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  1. Florida Politics

Madeira Beach voters have clear choices as battle lines form over growth

Madeira Beach City Commissioner Terry Lister
Madeira Beach City Commissioner Terry Lister
Published Jan. 16, 2018

By Sheila Mullane Estrada

Times Correspondent

MADEIRA BEACH — Voters here can either end or continue the city's divisive politics on March 13. They will also decide how the city grows.

The two commission seats that now represent pro-growth and pro-development views — and are often overridden by a three-vote slower-growth majority voted into office last year — will be on the ballot.

District 1 incumbent Terry Lister will face longtime activist Deby Weinstein while District 2 incumbent Nancy Hodges will face newcomer Eric Breslin.

Both Weinstein and Breslin say they support the actions of the current commission majority while the two incumbent candidates are largely opposed.

Complicating the question of which viewpoint will ultimately prevail is a petition drive to force a recall election against two of the commission majority: Vice Mayor John Douthirt and Commissioner Nancy Oakley.

First-round petitions gathered enough signatures and second-round recall petitions are circulating throughout the city. Lister and Hodges signed both petitions.

If enough signatures are collected, a recall election asking voters to decide whether to toss Douthirt and Oakley out of office will be required under state law and will likely happen after the March election.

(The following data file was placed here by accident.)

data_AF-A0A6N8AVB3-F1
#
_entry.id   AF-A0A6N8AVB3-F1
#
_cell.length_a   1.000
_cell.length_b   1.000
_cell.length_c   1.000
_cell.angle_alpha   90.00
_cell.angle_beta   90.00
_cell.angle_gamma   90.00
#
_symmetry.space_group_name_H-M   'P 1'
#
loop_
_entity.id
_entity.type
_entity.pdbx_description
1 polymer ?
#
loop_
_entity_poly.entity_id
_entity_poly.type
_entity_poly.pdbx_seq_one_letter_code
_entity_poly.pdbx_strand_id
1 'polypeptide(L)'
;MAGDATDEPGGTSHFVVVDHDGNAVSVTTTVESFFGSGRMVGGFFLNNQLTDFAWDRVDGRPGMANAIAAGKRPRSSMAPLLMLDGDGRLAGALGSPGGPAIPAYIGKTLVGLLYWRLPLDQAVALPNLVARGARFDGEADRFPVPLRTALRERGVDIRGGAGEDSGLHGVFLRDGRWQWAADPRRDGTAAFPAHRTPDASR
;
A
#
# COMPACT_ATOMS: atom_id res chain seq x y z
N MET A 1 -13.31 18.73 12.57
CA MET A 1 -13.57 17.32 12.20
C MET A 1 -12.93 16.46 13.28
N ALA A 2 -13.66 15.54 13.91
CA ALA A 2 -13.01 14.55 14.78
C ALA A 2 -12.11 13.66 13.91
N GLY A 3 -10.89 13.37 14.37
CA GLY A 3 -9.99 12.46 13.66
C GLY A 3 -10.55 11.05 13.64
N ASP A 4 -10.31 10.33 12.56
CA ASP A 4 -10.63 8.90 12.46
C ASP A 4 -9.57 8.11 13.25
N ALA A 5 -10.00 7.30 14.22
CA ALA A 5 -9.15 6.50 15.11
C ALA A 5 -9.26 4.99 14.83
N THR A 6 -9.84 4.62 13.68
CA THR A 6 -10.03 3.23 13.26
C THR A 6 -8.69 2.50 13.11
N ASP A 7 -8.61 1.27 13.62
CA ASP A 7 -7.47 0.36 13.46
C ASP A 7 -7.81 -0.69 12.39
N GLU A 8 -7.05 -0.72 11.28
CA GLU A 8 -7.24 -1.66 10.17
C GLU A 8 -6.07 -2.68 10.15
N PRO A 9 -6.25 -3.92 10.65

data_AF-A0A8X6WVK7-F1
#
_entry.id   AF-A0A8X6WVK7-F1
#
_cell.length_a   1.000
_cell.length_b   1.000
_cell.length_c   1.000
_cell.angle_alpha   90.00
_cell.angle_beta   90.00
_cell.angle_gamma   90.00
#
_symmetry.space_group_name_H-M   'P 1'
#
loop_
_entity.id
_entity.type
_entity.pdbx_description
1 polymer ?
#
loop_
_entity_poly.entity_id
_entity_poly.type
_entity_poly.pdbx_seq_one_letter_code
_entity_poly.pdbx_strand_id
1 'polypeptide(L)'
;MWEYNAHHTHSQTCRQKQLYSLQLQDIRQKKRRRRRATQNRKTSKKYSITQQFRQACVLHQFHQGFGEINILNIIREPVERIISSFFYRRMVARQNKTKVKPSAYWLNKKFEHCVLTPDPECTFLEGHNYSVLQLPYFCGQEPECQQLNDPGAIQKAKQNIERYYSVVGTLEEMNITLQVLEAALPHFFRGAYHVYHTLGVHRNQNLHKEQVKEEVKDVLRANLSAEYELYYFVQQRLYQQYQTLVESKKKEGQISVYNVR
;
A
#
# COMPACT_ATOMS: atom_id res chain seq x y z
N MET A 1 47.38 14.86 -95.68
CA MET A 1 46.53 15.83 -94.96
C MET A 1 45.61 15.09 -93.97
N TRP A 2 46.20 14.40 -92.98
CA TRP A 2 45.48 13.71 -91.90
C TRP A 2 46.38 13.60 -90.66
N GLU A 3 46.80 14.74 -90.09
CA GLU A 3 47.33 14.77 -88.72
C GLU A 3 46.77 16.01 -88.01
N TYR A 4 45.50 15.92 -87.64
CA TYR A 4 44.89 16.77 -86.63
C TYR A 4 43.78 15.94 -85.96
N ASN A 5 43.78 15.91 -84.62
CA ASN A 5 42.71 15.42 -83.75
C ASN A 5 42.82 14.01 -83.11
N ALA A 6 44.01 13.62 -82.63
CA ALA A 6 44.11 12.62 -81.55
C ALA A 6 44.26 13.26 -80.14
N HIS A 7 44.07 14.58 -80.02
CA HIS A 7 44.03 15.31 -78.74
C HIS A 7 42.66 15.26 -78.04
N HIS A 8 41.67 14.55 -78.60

Unless, that is, either Douthirt or Oakley or the commission as a whole challenge the recall grounds in court as "insufficient" to meet state law.

At issue is whether a commission vote to hire a budget director last summer, an act taken on the recommendation of the then-city attorney, violated the city charter and therefore was "malfeasance".

Another issue that distinguishes the candidates from each other is whether the commission should pick a new city manager just weeks before the March election.

The previous manager, Shane Crawford, resigned to avoid being fired. He has re-applied for the job.

Both Lister and Hodges, who supported Crawford, want the commission to wait until after the election. Weinstein wants the current commission to make the decision. Breslin favors either a near-unanimous decision now or a delay in the event of a 3-2 split.

Here are the candidates:

DISTRICT 1 (two-year term, elected citywide; $7,500 annual salary)

• Terry Lister, 61, is seeking his sixth term. Lister is a native of Texas, and moved to Madeira Beach in 1982. He earned an Associates Degree in music from Richland College and is a certified Class B contractor. He is a property manager. Lister served in the Marine Corps and received an honorable discharge. He is married and is awaiting a new granddaughter.

Lister is strongly opposed to the current commission majority which he says "has taken city in wrong direction. I don't believe they care about city businesses. I care about both residents and business. We are a city with a tourism economy."

He feels his viewpoint on the best future for the city essentially won when the commission recently approved settlements with two hotel developments.